I am trying to teach myself linear algebra using Mirsky's an introduction to linear algebra and unfortunately i am stuck at a very early theorem. I am stuck due to wording, and so i am asking for a clarification. The theorem states:
Let (v1,...,vn) vary over all arrangements of (1,...,n) and let (k1,...,kn) be a fixed arrangement of (1,...,n). Then (v(subscript)k1,...v(subscript)kn) varies over all arrangements of (1,...,n)
In the proof to this theorem he says take two different choices of (v1,...vn); (a1,...an) and (b1,...,bn) then (v1,...,vn) is the the same arrangement [??? where i'm getting lost] and therefore a(sub)k1=b(sub)k1 ..., a(sub)kn=b(sub)k1 and therefore a1=b1 ..., an=bn which is contradictory and therefore (v1,...vn) must vary over the n! arrangements of (1,...,n)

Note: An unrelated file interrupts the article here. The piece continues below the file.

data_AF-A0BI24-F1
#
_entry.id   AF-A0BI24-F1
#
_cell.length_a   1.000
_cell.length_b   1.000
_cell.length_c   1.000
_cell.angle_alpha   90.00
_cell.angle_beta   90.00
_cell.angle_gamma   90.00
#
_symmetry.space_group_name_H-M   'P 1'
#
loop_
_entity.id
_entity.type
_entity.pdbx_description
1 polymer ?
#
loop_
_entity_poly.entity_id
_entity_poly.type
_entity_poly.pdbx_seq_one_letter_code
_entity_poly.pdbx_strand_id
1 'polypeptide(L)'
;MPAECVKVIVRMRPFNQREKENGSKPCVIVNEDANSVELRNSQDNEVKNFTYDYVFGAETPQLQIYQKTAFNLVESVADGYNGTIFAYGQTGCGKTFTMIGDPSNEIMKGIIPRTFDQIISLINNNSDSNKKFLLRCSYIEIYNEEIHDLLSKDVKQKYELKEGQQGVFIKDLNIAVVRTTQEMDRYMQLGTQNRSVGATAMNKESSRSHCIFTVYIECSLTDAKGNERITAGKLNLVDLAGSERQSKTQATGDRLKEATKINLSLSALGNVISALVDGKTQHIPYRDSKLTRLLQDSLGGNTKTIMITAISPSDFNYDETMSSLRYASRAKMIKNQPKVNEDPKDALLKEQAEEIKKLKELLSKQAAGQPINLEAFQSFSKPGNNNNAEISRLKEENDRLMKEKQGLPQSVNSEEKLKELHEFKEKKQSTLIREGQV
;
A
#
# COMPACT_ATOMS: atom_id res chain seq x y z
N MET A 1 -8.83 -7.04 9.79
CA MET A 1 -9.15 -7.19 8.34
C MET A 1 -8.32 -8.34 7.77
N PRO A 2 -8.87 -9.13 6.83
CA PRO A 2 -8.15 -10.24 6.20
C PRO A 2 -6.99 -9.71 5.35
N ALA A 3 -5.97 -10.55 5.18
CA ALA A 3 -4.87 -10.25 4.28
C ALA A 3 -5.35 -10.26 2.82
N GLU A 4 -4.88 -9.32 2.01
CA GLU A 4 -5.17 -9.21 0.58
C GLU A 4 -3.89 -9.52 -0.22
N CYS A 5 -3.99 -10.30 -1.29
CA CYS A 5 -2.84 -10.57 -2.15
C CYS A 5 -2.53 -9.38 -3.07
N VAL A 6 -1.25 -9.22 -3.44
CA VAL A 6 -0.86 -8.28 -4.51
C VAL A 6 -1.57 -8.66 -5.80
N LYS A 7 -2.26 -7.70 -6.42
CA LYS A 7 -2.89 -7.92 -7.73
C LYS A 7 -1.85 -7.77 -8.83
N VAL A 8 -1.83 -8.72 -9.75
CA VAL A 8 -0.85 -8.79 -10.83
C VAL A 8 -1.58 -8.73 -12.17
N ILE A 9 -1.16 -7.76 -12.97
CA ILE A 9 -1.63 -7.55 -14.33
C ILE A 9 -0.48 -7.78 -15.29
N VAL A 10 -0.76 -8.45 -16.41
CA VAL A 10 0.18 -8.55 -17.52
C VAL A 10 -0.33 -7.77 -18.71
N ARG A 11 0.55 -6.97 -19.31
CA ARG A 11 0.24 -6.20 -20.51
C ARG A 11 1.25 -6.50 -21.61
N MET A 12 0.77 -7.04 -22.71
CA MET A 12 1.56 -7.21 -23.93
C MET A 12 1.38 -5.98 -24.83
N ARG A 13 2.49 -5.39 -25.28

I know this is kind of dense and maybe a pain, but i would really appreciate any help. If there is any confusion in my notation (I tried to be as clear as possible) please let me know and I'll clarify
***Post Script 05/11/09***
Hey I figured this out after some more reading and the reasoning is like this... (v1,...,vn) varies so choose two variations (a1,...,an) and (b1,...,bn) and say they lead to a fixed value of (v(k1),...,v(kn)) the only way this occurs is if a1=b1,...,an=bn. Since this is not the case it follows that (v(k1),...,v(kn)) must vary over all arrangements of (1,...,n).